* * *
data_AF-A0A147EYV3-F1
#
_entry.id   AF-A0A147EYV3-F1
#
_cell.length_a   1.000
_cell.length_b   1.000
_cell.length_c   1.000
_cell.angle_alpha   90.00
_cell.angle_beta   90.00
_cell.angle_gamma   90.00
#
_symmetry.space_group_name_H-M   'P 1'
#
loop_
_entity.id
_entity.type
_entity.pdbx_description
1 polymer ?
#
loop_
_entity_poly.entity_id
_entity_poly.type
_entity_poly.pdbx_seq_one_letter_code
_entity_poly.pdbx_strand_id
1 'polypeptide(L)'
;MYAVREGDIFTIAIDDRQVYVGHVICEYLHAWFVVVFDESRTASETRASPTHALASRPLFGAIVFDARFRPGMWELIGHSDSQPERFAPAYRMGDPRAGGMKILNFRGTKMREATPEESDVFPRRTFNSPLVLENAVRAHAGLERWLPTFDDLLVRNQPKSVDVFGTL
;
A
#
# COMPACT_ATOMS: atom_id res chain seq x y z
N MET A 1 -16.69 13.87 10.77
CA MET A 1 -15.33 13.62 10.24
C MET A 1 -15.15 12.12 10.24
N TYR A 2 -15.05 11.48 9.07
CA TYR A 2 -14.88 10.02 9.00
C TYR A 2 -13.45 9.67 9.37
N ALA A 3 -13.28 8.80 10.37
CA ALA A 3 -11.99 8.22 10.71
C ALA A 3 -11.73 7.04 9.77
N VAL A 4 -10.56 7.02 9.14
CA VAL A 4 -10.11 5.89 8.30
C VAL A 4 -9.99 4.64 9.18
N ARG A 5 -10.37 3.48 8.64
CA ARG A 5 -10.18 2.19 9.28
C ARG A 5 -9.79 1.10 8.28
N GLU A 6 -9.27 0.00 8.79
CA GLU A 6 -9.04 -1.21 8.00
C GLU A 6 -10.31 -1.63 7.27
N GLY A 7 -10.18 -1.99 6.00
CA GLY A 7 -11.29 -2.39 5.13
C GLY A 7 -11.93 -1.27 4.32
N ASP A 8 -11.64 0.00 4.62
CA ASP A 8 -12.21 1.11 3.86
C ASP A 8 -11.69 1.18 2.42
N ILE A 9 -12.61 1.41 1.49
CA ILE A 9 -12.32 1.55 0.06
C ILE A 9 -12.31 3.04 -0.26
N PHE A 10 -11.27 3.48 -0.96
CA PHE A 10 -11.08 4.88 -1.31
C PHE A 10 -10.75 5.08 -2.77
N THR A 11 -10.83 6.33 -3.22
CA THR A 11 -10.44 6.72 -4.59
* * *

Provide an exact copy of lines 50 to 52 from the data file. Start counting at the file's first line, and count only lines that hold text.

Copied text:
CA GLY A 7 -11.29 -2.39 5.13
C GLY A 7 -11.93 -1.27 4.32
N ASP A 8 -11.64 0.00 4.62